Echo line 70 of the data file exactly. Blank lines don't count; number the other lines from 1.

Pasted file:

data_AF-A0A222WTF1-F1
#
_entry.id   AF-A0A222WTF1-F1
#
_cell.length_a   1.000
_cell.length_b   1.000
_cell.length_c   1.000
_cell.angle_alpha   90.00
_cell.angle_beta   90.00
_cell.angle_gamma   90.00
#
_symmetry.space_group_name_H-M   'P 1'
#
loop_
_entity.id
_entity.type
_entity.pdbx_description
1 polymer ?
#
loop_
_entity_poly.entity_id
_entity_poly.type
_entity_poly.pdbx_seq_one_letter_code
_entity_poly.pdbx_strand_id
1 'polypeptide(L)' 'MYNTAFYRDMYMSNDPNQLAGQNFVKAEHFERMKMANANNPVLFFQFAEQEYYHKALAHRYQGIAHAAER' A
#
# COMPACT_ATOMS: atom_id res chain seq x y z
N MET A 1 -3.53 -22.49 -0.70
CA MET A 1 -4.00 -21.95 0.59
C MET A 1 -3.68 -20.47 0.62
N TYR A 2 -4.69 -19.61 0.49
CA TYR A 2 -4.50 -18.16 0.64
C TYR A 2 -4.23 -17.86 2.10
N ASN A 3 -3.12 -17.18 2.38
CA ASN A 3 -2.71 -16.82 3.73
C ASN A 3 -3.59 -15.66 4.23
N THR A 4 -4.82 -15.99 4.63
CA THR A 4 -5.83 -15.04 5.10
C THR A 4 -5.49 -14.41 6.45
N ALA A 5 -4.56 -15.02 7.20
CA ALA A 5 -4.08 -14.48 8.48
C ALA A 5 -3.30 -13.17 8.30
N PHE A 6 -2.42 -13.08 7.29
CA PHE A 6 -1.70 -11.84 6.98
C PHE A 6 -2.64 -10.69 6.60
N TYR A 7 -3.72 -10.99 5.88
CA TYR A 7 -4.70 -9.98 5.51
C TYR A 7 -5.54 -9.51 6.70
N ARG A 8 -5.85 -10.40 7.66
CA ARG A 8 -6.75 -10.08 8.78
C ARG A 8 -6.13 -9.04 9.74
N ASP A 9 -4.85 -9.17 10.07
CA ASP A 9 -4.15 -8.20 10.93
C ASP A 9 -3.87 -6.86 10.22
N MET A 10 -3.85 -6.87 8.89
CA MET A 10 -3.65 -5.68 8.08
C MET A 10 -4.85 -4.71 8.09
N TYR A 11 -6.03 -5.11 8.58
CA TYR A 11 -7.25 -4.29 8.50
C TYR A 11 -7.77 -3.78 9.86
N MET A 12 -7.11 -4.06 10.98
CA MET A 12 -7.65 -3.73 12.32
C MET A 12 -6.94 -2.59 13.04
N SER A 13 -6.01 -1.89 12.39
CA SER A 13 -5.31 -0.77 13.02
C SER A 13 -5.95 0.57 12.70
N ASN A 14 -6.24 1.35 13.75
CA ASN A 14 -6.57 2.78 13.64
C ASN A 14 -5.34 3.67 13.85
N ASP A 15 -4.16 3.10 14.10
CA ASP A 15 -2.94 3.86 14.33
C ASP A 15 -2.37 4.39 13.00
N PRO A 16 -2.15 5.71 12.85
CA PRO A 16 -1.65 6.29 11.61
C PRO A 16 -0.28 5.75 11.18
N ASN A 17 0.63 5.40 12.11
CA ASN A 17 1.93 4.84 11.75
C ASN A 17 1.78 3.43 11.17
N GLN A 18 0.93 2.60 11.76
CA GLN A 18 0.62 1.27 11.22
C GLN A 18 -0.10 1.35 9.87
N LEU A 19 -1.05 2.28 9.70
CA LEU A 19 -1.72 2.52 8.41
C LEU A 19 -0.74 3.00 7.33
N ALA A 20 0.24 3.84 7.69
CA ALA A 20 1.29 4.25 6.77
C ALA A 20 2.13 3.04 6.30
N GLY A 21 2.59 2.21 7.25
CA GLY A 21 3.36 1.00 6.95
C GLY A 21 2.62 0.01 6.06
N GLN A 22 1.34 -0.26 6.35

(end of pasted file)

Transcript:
N ASP A 15 -4.16 3.10 14.10